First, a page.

The deadline for T-Mobile (TMUS) and Sprint (S) to extend their $26.5 billion proposed merger agreement passed on November 1. In April 2018, T-Mobile and Sprint announced that they planned to merge. More than 18 months have passed since the two companies made this announcement, but there’s still no end in sight.
Antitrust regulators approve the T-Mobile and Sprint merger
The US Department of Justice and the Federal Communications Commission (or FCC) conditionally approved the merger deal between T-Mobile and Sprint. These conditions include divesting Sprint’s prepaid businesses and spectrum assets to satellite television provider Dish Network (DISH) for $5 billion.
T-Mobile and Sprint promised the FCC that they would deploy a 5G network across the US. The two wireless carriers also committed to offering high-speed mobile broadband services.
However, the T-Mobile and Sprint merger still faces a court challenge filed by the District of Columbia and attorneys general from 17 states. The multistate lawsuit argues that the combination of the third- and fourth-largest wireless carriers could harm competition in the wireless industry. The transaction could also drive up prices for wireless consumers and slow down innovation. The start date for the trial is December 9.
T-Mobile and Sprint argue that the merger deal could help them gain scale and rapidly deploy a 5G network nationwide. T-Mobile CEO John Legere expects to complete the merger deal in early 2020.
Renegotiation of T-Mobile and Sprint merger terms
According to a November 5 FierceWireless report, T-Mobile’s parent company, Deutsche Telekom (DTEGY), is urged by analysts at LightShed Partners to renegotiate the terms of the merger contract due to “further erosion at Sprint and rising costs of the transaction.” The report added, “A lower price paid to Sprint could actually help companies’ case with the states that sued to block their deal.”
Many believe that T-Mobile is seeking Sprint’s 2.5 GHz spectrum band in the merger deal. However, analysts at LightShed Partners believe that “Sprint’s spectrum would be available for lease or purchase if the deal were to fail. Plus, alternative spectrum options are looking better, according to LightShed, pointing to positive developments around the C-band.”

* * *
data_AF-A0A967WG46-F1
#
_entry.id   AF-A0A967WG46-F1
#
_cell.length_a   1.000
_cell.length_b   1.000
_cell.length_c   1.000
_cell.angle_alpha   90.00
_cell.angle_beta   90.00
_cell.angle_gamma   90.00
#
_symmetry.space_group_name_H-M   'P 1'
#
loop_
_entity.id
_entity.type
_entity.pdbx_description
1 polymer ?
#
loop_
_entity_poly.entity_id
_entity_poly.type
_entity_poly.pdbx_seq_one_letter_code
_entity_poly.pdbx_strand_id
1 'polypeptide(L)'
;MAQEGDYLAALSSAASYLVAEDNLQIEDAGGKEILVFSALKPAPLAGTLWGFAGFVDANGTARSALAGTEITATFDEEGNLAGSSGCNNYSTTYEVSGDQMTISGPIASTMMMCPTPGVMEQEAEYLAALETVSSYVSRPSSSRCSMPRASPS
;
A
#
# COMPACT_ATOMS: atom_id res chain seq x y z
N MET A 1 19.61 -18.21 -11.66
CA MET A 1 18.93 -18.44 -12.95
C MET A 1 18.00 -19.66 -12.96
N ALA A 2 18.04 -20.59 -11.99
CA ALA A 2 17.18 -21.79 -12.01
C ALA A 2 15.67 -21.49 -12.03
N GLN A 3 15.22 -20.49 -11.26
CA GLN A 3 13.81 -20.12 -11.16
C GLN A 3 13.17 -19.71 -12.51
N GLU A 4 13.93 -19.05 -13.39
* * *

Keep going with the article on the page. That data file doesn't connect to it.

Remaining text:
The renegotiated T-Mobile and Sprint merger deal isn’t likely to impact the terms of their settlements with the antitrust regulators.
Moffett Nathanson analyst Craig Moffett thinks that Sprint’s dire situation could help its case with the attorneys general. Moffett added that if the merger deal doesn’t go through, Sprint will likely sell spectrum or restructure its business.
T-Mobile is fundamentally strong, and it has led the wireless industry in customer and revenue growth over the last few quarters. In the third quarter, T-Mobile posted total revenues of $11.1 billion, which implies a YoY (year-over-year) rise of 2.0%. The company’s revenues missed analysts’ estimate of $11.3 billion.
T-Mobile posted adjusted earnings per share of $1.01, which increased 8.6% YoY and beat analysts’ estimate of $0.96. The company reported 754,000 postpaid phone customer net additions in the third quarter. T-Mobile has led the wireless industry in postpaid phone customer net additions in the last 23 quarters. It also reported a third-quarter record-low postpaid phone churn rate of 0.89%.
Comparatively, Sprint’s wireless service revenue is declining due to customer losses over the last few quarters. Sprint didn’t have an impressive September quarter performance. The telecom company’s revenues and EPS were below analysts’ expectations. Sprint reported earnings per share of -$0.07 on revenue of $7.8 billion.
In the quarter ended on September 30, Sprint posted wireless service revenue of $5.0 billion, which implies a YoY decline of 8.2%. To add to the pain, the company reported net losses of 91,000 postpaid phone customers. In the US wireless industry, Sprint’s churn rate is still the highest. The company reported a postpaid phone churn rate of 1.91%.
Notably, 81% of analysts surveyed by Reuters covering T-Mobile rated the stock as a “buy” or “strong buy.” The remaining 19% rated it as a “hold.” Analysts have a mean price target of $89.74 for T-Mobile stock, which suggests upside potential of 9.6% from its current levels. Read Does T-Mobile Stock Have Any Upside Potential? to learn more about analysts’ ratings.
Analysts look cautious on Sprint. Among the 17 analysts that cover the stock, 82% recommend a “hold.”
On November 6, T-Mobile stock rose 0.48% and closed at $81.86, with a market cap of $70 billion. Currently, the stock is trading 3.9% below its 52-week high of $85.22 and 36.5% above its 52-week low of $59.96. T-Mobile stock has returned 28.7% year-to-date.
Sprint and AT&T (T) also rose year-to-date, gaining 5.7% and 37.5%, respectively. In the third quarter, AT&T’s performance was mixed. Its revenue fell 2.5% YoY to $44.6 billion and missed analysts’ forecast of $45.0 billion. On the upside, its EPS rose YoY to $0.94 from $0.90 and beat analysts’ estimate of $0.93. The company added 101,000 postpaid phone net customers.